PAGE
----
Version 2.0 April 16, 2018
Rachel Ives is condemned to an island of horrors, aching to escape to the Nation, a place of freedom that she's only heard whispers about. I don't think the Nation should be mentioned in this paragraph. Make it all about the island. Why exactly is it horrific?
This Paragraph should then be about the Nation and how Rachel wants to get to it.
The Supremes have made that impossible, giving the citizens two options: Hunger, cruel laws, ritualistic sacrifices, hard labor, whippings, sickness, and constant paranoia under the guise of unity and prosperity—or to be taken by the watchmen that police the town, an even worse fate. This doesn't really read like two choices. The first 'choice' is just a list of bad things and the second is vague to the point that it doesn't really mean anything to the uninformed reader. I'd do away with this 'choices' portion altogether and find another way to express the tyranny of the Supremes.
To her horror horror is used already, her sister who she vowed to protect is taken, her own mother betrays her, and her best friend, the person she trusted most in the world, is sent to help the very government that aims to destroy her and everyone she loves.
After a young man arrives to her workhouse claiming he knows her deceased father, she soon discovers that they are both a part of a much larger plan this implies that she didn't know she was part of any sort of plan. How could she not know? Unless the 'they' refers to her deceased father? to destroy
what they believe isthe most important asset to the Supremes—a machine that wipes away memories and controls the mind.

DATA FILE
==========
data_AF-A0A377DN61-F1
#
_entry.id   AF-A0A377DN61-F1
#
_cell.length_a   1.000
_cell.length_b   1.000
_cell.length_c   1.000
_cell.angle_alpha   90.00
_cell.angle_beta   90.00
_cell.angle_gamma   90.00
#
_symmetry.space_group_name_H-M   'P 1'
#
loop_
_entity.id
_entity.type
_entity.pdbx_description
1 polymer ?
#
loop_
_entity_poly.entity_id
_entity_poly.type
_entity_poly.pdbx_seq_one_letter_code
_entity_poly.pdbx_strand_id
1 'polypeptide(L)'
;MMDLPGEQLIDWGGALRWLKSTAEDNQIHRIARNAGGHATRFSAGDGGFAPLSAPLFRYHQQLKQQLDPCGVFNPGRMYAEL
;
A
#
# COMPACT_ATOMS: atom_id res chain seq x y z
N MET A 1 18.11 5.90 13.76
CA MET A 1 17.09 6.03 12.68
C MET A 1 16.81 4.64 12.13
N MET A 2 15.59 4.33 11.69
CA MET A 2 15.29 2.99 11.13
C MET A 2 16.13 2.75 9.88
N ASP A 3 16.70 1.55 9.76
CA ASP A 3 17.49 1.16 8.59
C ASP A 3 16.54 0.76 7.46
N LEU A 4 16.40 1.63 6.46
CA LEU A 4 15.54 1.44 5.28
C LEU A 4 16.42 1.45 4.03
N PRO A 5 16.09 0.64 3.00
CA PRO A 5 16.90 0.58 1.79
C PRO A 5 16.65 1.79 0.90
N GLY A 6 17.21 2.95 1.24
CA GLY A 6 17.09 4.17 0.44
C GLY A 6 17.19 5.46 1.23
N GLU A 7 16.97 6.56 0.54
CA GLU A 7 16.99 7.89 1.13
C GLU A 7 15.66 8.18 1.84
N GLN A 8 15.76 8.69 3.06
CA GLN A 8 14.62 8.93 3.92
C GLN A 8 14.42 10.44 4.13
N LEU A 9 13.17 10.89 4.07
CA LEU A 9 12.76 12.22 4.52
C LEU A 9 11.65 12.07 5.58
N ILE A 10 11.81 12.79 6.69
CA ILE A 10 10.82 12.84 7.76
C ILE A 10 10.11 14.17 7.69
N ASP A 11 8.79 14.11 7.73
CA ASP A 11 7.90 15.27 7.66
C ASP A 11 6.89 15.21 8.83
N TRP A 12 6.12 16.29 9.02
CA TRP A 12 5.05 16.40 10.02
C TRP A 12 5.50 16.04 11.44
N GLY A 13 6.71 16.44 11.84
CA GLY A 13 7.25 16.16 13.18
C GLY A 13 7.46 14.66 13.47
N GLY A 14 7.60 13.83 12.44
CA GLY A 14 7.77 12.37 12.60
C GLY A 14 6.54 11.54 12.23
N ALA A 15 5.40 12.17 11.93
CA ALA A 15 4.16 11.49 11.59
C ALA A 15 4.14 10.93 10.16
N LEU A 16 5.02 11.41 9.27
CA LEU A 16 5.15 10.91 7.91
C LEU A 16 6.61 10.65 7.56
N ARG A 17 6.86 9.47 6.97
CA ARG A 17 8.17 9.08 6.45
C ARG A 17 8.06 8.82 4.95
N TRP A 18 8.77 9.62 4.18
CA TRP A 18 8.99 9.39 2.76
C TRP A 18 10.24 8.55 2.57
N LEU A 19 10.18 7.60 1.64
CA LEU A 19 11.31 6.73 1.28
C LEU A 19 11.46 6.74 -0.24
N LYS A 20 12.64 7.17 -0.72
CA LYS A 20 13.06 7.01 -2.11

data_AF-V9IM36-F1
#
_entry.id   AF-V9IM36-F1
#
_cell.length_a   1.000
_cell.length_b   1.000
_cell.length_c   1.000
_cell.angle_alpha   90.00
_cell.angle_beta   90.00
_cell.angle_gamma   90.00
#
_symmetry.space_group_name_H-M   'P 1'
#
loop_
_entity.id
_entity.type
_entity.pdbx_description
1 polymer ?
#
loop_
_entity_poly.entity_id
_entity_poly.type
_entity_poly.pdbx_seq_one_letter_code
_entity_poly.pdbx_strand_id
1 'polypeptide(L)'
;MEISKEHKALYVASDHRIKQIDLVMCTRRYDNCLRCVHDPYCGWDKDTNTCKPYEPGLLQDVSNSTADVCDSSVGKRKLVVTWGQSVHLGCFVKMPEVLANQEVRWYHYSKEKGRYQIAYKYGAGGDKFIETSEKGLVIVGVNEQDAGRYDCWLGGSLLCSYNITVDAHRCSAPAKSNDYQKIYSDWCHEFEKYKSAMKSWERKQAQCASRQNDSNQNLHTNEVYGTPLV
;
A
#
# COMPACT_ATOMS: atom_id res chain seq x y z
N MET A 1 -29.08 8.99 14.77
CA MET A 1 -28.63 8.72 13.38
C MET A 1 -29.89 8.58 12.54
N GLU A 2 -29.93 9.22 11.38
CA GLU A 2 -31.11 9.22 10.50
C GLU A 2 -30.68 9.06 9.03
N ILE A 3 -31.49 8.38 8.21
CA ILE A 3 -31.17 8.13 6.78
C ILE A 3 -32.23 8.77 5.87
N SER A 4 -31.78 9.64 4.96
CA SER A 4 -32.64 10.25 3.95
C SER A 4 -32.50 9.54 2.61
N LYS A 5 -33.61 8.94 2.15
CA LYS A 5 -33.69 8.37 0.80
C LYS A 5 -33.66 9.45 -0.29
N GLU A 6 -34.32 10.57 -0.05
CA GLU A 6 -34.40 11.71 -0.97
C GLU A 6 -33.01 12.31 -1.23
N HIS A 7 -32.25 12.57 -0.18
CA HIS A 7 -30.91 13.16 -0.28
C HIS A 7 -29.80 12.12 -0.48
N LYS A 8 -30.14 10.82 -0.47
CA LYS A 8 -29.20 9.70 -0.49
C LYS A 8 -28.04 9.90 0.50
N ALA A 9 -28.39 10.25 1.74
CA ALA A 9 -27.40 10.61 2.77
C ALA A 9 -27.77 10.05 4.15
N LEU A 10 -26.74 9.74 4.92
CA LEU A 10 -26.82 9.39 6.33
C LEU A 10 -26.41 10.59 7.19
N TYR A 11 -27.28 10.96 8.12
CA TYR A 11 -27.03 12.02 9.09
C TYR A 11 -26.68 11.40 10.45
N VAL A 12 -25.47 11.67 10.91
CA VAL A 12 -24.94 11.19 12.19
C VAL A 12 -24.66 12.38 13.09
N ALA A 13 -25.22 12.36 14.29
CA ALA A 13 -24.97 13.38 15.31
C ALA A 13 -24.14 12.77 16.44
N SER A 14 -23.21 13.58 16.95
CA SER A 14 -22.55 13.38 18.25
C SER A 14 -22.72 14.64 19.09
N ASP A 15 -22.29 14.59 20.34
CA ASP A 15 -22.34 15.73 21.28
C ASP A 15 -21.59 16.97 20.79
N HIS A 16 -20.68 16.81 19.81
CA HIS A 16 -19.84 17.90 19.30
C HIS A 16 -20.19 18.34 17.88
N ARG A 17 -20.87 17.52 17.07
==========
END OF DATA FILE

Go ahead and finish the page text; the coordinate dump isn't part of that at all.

But Rachel soon 'X soon X' is fine if used sparingly. You used it in the paragraph above so I'd recommend rewording this comes to realize that this is only the tip of the iceberg: even with the machine destroyed, they aren’t safe. A little vague.
Hoping to find a way to escape This isn't new, she's been hoping to escape since the start of the query. Maybe now she's determined?, she embarks on a dangerous mission to save not only her sister, but thousands of innocent people marked for a fate worse than death vague, what fate?. With the odds against her, more citizens being taken by the day, a dangerous lockdown, and even harsher punishments, Rachel must navigate the chaos to find the one loophole vague that can save her people, but only if she will be able to find it in time… There's a little too much happening in the stakes. If you simplify and remove vagueness they'll appear a lot more threatening.
THE ISLAND is a Young Adult Dystopian Novel complete at 96,000 words.
I breezed over the first draft of this and you're certainly moving in the right direction but things are still a bit muddled and bogged down. You've got a bunch of vague sentences going on that you'll want to clarify but I can see a cool story in this. I'm sure you'll manage to sculpt this query into something great.
Best of luck.